Israel is not allowing a Gaza mother to accompany her 3-year-old son to a hospital in the West Bank city of Nablus for cancer treatment. Security sources told Haaretz that the reason was that she is a first-degree relative of a Hamas member and therefore, may not leave the Gaza Strip. The woman had to resort to Facebook to find eligible unrelated women to accompany her son for medical treatment.
The child, Louay Al Khoudari, was diagnosed with aggressive soft tissue sarcoma in January, at the age of two and a half years. At first he was treated in the Augusta Victoria Hospital in East Jerusalem and at Hadassah Hospital in western Jerusalem, and as of May, began to receive treatment at the An-Najah Hospital in Nablus.
When his first appointment was set, his mother, Hannan Al Khoudari, applied for permission to leave Gaza to accompany him. She was told that her request was under consideration – an answer repeated throughout the following seven months, every time he had an appointment and she applied for permission.
At first the boy’s aunt took him, but her own medical condition put a stop to that. Since no other relative could be found to take him, he missed two treatments, in June and July.
In despair, the mother uploaded a post on Facebook, asking for unrelated women to accompany her son. The post includes a video clip of the boy on her lap, while she describes the surgery he underwent and the torments involved:
“From needles to sutures, operations, there isn’t a place on his body that hasn’t been operated on. Every time my son goes, they open his body. I expect you to help me and accompany my son because there’s nobody else [the next appointment] is very soon. You see my son’s condition. He takes six doses each time and you must know how painful this treatment is.”
A woman who saw the post volunteered to accompany Louay and did receive permission to leave Gaza for his appointments in July and this week. But the doctor in Nablus recommends that the mother come herself next time, to improve Louay’s chances of healing.
Ahead of Louay’s treatment this week, the organization Physicians for Human Rights asked the District Coordination and Liaison Administration to end this “absurd” situation forced on the child and his mother, and allow them to go together to future treatments. In its letter, the organization notes “categorical peril to the boy’s health and life.” It did not work, and Louay went for treatment with the woman he doesn't know.
In principle, a security source told Haaretz, if there are no security-related restrictions when minors need medical treatment, the absolute preference is for parental accompaniment. But when there is a security obstacle, they allow somebody else acceptable to the family, who meets the security requirements, to attend to the minor.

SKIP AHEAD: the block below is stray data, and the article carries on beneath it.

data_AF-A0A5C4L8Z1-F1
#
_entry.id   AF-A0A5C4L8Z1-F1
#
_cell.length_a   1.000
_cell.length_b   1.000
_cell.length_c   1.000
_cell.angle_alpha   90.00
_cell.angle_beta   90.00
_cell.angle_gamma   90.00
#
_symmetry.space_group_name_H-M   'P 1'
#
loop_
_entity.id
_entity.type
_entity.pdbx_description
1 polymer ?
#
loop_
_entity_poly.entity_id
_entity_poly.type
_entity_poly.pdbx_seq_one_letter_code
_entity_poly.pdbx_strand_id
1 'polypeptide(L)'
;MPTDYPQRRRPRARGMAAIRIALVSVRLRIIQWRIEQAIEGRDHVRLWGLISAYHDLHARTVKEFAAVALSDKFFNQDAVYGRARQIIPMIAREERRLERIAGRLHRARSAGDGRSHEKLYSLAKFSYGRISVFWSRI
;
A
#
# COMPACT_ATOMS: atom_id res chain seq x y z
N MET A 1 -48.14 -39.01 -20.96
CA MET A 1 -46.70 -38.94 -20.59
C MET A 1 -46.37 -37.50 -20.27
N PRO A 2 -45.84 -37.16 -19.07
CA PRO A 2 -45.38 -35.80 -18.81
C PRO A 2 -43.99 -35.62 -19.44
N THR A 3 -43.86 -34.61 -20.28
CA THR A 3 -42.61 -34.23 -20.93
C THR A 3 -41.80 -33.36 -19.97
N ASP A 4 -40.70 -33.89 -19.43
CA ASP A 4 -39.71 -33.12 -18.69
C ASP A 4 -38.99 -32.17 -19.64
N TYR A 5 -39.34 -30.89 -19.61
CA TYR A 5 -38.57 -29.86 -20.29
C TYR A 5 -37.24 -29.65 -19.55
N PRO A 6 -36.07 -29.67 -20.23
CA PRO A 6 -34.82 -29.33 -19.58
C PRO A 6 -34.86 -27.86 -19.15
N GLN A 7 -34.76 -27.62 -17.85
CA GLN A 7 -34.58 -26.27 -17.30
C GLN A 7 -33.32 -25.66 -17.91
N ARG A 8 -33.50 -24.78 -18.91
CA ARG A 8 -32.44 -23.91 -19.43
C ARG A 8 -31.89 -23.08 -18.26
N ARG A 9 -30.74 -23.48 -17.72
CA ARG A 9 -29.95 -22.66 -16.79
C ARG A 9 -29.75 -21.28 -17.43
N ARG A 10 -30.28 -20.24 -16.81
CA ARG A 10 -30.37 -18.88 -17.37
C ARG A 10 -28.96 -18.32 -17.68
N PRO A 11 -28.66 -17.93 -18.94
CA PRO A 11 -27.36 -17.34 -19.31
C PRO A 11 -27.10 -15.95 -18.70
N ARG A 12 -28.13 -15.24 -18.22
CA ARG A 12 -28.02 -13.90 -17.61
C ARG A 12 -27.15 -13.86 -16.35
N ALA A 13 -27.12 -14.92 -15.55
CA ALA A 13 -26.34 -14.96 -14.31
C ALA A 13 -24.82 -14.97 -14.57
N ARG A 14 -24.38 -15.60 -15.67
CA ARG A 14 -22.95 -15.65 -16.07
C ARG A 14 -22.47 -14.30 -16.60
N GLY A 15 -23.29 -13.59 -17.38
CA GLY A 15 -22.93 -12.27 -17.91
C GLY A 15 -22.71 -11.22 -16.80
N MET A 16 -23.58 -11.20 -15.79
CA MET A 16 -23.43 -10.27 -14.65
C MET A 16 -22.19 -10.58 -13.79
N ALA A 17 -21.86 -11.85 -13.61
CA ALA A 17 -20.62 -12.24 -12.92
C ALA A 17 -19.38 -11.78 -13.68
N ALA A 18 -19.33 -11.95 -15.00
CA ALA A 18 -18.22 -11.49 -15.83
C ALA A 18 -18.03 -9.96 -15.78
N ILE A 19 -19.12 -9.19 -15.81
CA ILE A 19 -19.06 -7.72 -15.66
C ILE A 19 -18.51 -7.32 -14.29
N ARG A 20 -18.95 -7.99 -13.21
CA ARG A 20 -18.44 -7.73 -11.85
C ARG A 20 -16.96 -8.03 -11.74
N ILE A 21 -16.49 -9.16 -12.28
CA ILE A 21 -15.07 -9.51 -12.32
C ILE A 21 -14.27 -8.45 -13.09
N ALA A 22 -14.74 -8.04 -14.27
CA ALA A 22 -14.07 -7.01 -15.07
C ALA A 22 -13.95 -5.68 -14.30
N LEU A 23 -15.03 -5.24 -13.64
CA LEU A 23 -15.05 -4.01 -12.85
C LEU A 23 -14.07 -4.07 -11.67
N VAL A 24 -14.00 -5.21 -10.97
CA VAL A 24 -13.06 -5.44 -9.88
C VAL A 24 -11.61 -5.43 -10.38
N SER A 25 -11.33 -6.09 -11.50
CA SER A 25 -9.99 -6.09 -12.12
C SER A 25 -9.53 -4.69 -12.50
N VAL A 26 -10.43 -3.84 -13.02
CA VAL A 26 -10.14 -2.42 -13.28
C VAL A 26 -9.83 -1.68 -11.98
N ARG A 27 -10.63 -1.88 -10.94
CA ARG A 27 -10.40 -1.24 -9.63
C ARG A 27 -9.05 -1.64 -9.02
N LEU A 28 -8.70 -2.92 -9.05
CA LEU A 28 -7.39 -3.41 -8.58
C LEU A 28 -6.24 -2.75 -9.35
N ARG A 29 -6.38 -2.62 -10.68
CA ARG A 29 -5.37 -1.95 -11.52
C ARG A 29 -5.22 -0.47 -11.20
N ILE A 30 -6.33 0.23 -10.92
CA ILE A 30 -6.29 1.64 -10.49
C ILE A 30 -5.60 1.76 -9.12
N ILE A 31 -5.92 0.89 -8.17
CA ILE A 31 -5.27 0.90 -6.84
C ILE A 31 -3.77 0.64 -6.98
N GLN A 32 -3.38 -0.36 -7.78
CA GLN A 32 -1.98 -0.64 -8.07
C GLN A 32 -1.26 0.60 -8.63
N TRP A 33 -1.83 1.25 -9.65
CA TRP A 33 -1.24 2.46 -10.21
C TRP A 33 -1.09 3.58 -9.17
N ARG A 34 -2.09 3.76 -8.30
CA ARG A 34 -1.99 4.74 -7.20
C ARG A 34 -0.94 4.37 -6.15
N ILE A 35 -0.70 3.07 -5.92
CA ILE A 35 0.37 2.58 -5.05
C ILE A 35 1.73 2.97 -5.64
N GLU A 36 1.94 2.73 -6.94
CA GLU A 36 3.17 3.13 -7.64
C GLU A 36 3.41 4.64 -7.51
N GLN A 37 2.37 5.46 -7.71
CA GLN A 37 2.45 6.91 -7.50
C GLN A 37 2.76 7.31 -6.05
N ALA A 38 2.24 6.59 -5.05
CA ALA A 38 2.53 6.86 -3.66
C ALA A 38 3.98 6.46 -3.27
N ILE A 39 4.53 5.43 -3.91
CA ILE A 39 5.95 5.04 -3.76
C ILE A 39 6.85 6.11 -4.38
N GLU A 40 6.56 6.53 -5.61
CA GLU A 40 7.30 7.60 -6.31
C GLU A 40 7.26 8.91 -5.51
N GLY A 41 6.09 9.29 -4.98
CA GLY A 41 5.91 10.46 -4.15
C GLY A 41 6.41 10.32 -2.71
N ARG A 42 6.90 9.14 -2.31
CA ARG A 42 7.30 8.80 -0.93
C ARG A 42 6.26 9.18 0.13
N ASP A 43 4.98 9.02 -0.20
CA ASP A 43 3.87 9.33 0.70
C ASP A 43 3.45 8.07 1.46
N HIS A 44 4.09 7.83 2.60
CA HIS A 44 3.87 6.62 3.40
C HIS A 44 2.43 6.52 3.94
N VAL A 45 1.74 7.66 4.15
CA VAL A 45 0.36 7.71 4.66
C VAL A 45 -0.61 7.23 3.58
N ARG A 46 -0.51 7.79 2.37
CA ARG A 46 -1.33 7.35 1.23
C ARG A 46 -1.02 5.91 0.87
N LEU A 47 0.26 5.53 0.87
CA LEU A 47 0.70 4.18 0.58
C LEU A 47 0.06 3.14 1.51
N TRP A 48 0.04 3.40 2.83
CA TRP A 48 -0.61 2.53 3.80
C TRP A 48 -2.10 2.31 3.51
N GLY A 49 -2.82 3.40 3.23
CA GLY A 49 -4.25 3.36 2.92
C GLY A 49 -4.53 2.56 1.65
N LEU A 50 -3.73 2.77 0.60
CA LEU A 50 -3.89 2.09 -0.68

“While examining her request, it turned out that Hannan is a first-degree relative of an activist in the Hamas terror organization,” the source said. “Therefore, based on the directives at the political level, her request was denied.” The child himself was allowed into Israel for the treatment, accompanied by a relative, from March to July, the source said.
The spokeswoman for the Coordinator of Government Activities in the Territories commented that allowing Gaza residents into Israel is not an automatic right, and is permitted only in compliance with policy and subject to security checks.
“Moreover, according to a government resolution, residents of the Strip with first-degree family ties to activists in the Hamas terror organization may not receive permission to enter Israel,” she said.
The case of Al Khoudaris is not an isolated one. In January 2017, the security cabinet decided to cut the number of humanitarian exit permits from Gaza, at the behest of the Goldin family, to exert pressure on Hamas to return the body of their son, Hadar Goldin. There has been a steep increase in reports that Israel is refusing exit permits due to having a “being related to a Hamas person."
In late July, seven seriously ill women needing life-saving treatment that cannot be obtained in Gaza, who were denied permission to leave the Strip because of such relationships, appealed to the High Court of Justice.
Their case is supported by four human rights organizations: the Al Mezan Center for Human Rights, Adalah – The Legal Center for Arab Minority Rights in Israel, Gisha Gateway (the right to mobility) and Physicians for Human Rights.
Immediately after the lawsuit was filed, the commander of the Coordination and Liaison Administration announced that one of the women petitioners had turned out not to be related to a Hamas person, in contrast to the previous claim. The woman should file a new application, the commander said.
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